Explosive shell for powder actuated tool



March 16, 1965 w. F. BROSKE 3,173,359 EXPLOSIVE SHELL FOR POWDER ACTUATED TOOL Filed Nov. 23, 1962 2 Sheets-Sheet l Ii [III i: 1o 4 -P, i I r' 8 A u 4g, F 12 44 INVENTOR. \Juuam F. Baosm: 4%, Wm r/a March 16, 1965 w. F. BROSKE 3,173,369 EXPLOSIVE SHELL FOR POWDER ACTUATED TOOL. Filed Nov. 23, 1962 2 Sheets-Sheet 2 INVENTOR. (J man F. BROSKE United StateshPatent Ofitice 3,173,369 Patented Mar. 16, 1965 3,173,369 EXPLOSIVE SHELL FOR POWDER ACTUATED TOOL William F. Broske, Camp Hill, Pa-, assignor to AMP Incorporated, Harrisburg, Pa. Filed Nov. 23, 1962, Ser. No. 239,618 2 Claims. (Cl. 10238) This application constitutes a continuation-in-part of my prior application, Serial No. 206,768, filed July 2, 1962, now abandoned. In the use of powder-actuated tools for industrial purposes, it has been discovered that a plastic shell having a plastic plug and an explosive charge may be utilized to retain the high combustion gases within the shell during the firing cycle, as described in my'prior application, Serial No. 793,814, filed February 17, 1959, now Patent No. 3,007,409. This type of shell has been found particularly useful in devices for pressure-forming electrical connectors onto conductors, as described in a prior application, Serial No. 172,183, filed February 9, 1962. However, in industrial tools of the type described, it has been found that the presence of a grease or a lubricant on the outer surface of the plastic shell may tend to cause the shell to rupture during the firing cycle. It has not been completely established why this result occurs under these conditions, but it may be that the ungreased shell is frictionally constrained from outward flow by the chamber of the barrel. The presence of grease or lubricant may reduce this frictional constraint, thus permitting sufiicient extrusion of the plastic to cause rupture. Whatever the reasons, I have discovered that if the outer surface of the shell is tapered so that the crosssection is thicker at the base and thinner at the open end, and the firing chamber is similarly tapered, rupture of the shell is prevented even when the shell is coated with grease. One embodiment of a shell made according to the teaching of the invention includes a tapered shell having fluted ribs on the outer surface to effect the taper. This reduces the amount of material required to make the shell, as well as dissipating the shock wave of the explosion. Thus, it is an object of this invention to provide a plastic shell of the type described, which will not rupture during firing even though coated with grease. It is also an object of this invention to prevent the shell from rupturing during the firing cycle by tapering the thickness of the shell in cross-section. I have also discovered that providing a tapered shell to fit into a tapered firing chamber increases the facility with which the shell may be removed. This is particularly true in industrial tools where the plastic shell may be expanded during the operation of the tool. Other objects and attainments of the present invention will become apparent to those skilled in the art upon a reading of the following detailed description when taken in conjunction with the drawings in which there are shown and described illustrative embodiments of the invention; it is to be understood, however, that these embodiments are not intended to be exhaustive nor limiting of th e invention but are given for purposes of illustration in order that others skilled in the art may fully understand the invention and the principles thereof and the manner of applying it in practical use so that they may modify it in various forms, each as may be best suited to the conditions of a particular use. In the drawings: FIGURE 1 is a perspective view, partially cut away, illustrating one embodiment of the invention; FIGURE 2 is a cross-sectional View taken along plane 22 of FIGURE 1; FIGURE 3 is a sectional view taken along plane 33 of FIGURE 1; FIGURE 4 is a fragmentary view showing the device of FIGURE 1 fitted in a firing chamber of an industrial tool; FIGURE 5 is a perspective view of another embodiment of the device incorporating the principles of the invention; FIGURE 6 is a view taken along plane 6-6 of FIG- URE 5; and FIGURE 7 is a sectional view taken through plane 77 of FIGURE 6. One embodiment of the invention (FIGURE 1), the shell casing, generally designated C, includes a base member 10 which is in the form of a disk closing off one end of a cylindrical member 12. The disk 10 and cylinder 12 may be integral. The preferred embodiment is achieved by molding the casing from polyethylene. The disk 10 has a flange 14 projecting outside the surface of the cylinder to permit the shell to be retained in a tool. Also, as shown in FIGURE 1, the inner surface 16 of the casing C has a constant internal diameter. The outer surface has a larger external diameter at the base portion 18 than at the nose portion 20. Thus the outer surface provides a tapered, frusto-conical configuration. As shown in FIGURES 2 and 3, the thickness of the cas ing in the base portion 18 is greater than the thickness of the casing at the nose portion 20. In addition to the casing, the shell comprises a plug 22 (preferably of polyethylene) which has an outside diameter forming a friction-fit with the inside surface of the casing 16. The plug 22 has a primer 24 on its exterior surface, a central axial opening 26, and a circular aperture 28. When the shell is assembled (as shown in FIG- URE 1), an explosive charge 30 is located within the easing adjacent the inner surface of the disk 10 and retained in place by plug 22. As shown in FIGURE 4, the shell is adapted to fit into a firing chamber 40 of an industrial tool (e.g., as shown in the prior application, Serial No. 172,183, filed February 9, 1962), having a cap 44 secured to the end thereof, and a ram 46 adapted to fit into the cylindrical shell. A firing pin 48 on one end of the ram is adapted to strike the primer 24 to actuate the powder charge. As shown in FIGURE 4, the firing chamber 40 has an inner tapered surface 50 which corresponds to the taper on the outer surface of the casing C. When the ram 46 is driven against the primer 24, the primer explodes to ignite the powder charge 30. The powder charge 30 drives the plug 22 toward the nose portion 20 of the casing C, and thus drives the ram 46 ahead of it to operate the device. A pin 52 may be located in the cap 44 to release combustion gases, as described in my prior application, Serial No. 164,756, filed January 8, 1962. Another embodiment of the invention, as shown in FIGURES 5-7, includes a casing C with a base member 10' closing one end of the cylinder 12. The disk 10' also has a plane 14' having an inner surface 16' of a constant internal diameter. As shown in FIGURES 6 and 7, the tapered outer surface comprises a plurality of ribs 18' which provide a fluted or scalloped cross-sectional configuration. The ribs 18' taper from the base 10' toward the nose portion 20 of the casing C, at which point they blend into the outer surface of the cylinder 12'. As shown in FIGURE 6, the thickness of the cylindrical member 12' is constant when measured at the low point between the ribs 18'. However, when the thickness is measured across the ribs 18', the exterior surfaces of the d ribs converge from a maximum thickness at the base 10 to a minimum thickness at the nose portion 20. The shell, shown in FIGURES 57, also comprises a plug 22', with a primer 24, and axial opening 26', circular apertures 28' and an explosive charge 30' all assembled in the same fashion as disclosed in the embodiment of FIGURES 1-3. The casing C may be inserted into a tool and fired in the same manner as illustrated in FIGURE 4. Changes in construction will occur to those skilled in the art and various apparently different modifications and embodiments may be made without departing from the scope of the invention. The matter set forth in the foregoing description and accompanying drawings is offered by way of illustration only. The actual scope of the invention is intended to be defined in the following claims when viewed in their proper perspective against the prior art. 1 I claim: 1. A shell casing for an explosively-operated tool comprising: a hollow, generally cylindrical member having an internal surface and an external surface, said internal surface having a constant diameter, said external surface defining a frusto-conical configuration and including a series of circumferential ribs, a Wall member closing one end of said cylindrical member, the other end of said cylindrical member being open, said cylindrical member being integrally formed of plastic material, each of said ribs tapering from a major thickness proximate to the one end of the cylindrical member to a minor thickness remote from the one end, an explosive charge in said cylindrical member adjacent the one end, a plug in said cylindrical member retaining said explosive charge in place, a surface of said plug facing the open end of the cylindrical member, and means in said plug for igniting said explosive charge. 2. A casing according to claim 1 wherein the thickness of the cylindrical member between the ribs is constant. References Cited in the file of this patent UNITED STATES PATENTS 1,233,071 Lindquist July 10, 1917 1,940,657 Woodford Dec. 19, 1933 2,953,990 Miller Sept. 27, 1960 3,007,409 Broske Nov. 7, 1961 FOREIGN PATENTS 884,934 Great Britain Dec. 20, 1961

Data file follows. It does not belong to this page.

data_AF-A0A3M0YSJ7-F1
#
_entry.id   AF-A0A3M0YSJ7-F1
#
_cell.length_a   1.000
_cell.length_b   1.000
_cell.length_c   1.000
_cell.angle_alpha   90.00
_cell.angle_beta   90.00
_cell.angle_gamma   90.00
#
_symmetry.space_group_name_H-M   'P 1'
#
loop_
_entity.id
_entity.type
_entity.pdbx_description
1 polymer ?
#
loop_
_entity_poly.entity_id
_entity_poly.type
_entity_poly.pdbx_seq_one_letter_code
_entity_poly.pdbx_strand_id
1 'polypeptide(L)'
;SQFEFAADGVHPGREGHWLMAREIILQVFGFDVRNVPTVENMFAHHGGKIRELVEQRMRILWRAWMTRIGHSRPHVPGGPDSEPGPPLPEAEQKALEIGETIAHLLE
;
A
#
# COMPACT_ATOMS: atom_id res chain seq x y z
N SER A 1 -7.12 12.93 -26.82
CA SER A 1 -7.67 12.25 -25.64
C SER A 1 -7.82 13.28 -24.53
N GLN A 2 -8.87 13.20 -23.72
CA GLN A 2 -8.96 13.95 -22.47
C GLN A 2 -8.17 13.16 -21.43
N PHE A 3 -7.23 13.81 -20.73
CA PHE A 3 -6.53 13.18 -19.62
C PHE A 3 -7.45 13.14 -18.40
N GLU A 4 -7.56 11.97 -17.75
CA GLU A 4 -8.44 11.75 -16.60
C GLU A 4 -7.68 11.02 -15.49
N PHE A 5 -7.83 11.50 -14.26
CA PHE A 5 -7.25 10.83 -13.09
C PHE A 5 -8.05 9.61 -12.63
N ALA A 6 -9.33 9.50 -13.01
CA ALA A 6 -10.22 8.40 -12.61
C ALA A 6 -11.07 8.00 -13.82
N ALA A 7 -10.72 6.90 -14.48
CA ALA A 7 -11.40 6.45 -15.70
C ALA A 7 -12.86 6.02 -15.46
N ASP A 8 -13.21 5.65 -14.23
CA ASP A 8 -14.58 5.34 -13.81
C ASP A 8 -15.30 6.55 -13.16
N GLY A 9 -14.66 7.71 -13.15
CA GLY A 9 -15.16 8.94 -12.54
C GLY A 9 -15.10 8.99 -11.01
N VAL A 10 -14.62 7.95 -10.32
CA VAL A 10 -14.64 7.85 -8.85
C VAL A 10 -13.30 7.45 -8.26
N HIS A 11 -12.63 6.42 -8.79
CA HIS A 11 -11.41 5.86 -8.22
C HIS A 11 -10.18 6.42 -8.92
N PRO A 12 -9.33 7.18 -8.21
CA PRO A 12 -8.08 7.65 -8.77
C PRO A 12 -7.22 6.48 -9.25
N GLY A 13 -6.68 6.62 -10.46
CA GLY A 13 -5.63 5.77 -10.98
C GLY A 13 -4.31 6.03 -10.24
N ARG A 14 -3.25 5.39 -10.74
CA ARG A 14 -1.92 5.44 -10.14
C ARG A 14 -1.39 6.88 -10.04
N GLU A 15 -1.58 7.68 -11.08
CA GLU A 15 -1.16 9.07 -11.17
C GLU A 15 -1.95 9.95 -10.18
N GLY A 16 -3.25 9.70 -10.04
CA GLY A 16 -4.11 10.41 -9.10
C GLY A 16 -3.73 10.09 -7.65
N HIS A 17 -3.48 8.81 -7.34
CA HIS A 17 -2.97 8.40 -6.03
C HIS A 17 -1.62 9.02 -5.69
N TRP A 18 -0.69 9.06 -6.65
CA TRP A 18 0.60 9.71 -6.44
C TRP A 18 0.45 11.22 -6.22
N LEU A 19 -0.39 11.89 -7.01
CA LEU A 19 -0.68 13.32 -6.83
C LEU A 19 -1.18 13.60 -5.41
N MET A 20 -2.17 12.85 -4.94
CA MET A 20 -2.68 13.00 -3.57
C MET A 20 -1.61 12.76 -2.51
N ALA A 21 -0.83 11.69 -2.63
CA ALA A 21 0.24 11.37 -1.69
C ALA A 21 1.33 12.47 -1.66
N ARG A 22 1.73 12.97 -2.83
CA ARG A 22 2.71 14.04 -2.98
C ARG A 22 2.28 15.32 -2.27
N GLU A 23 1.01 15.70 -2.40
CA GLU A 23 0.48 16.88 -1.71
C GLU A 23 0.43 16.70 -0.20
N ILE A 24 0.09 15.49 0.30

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Patent Citations (5)

    Publication numberPublication dateAssigneeTitle
    GB-884934-ADecember 20, 1961Prospection & InventionsCartridge more particularly for a device for inserting pins and the like
    US-1233071-AJuly 10, 1917Henry E LindquistCartridge-case for artillery-shells.
    US-1940657-ADecember 19, 1933Remington Arms Co IncAmmunition
    US-2953990-ASeptember 27, 1960Olin MathiesonAmmunition
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Cited By (6)

    Publication numberPublication dateAssigneeTitle
    EP-0263092-A2April 06, 1988Burndy CorporationTool for use in assembling an electrical connector
    EP-0263092-A3April 04, 1990Burndy CorporationTool for use in assembling an electrical connector
    US-3292363-ADecember 20, 1966Amp IncExplosively-operated tool
    US-3296792-AJanuary 10, 1967Amp IncExplosively-operated tool
    US-4722189-AFebruary 02, 1988Burndy CorportionExplosively-operated tool
    US-RE33098-EOctober 24, 1989Burndy CorporationExplosively-operated tool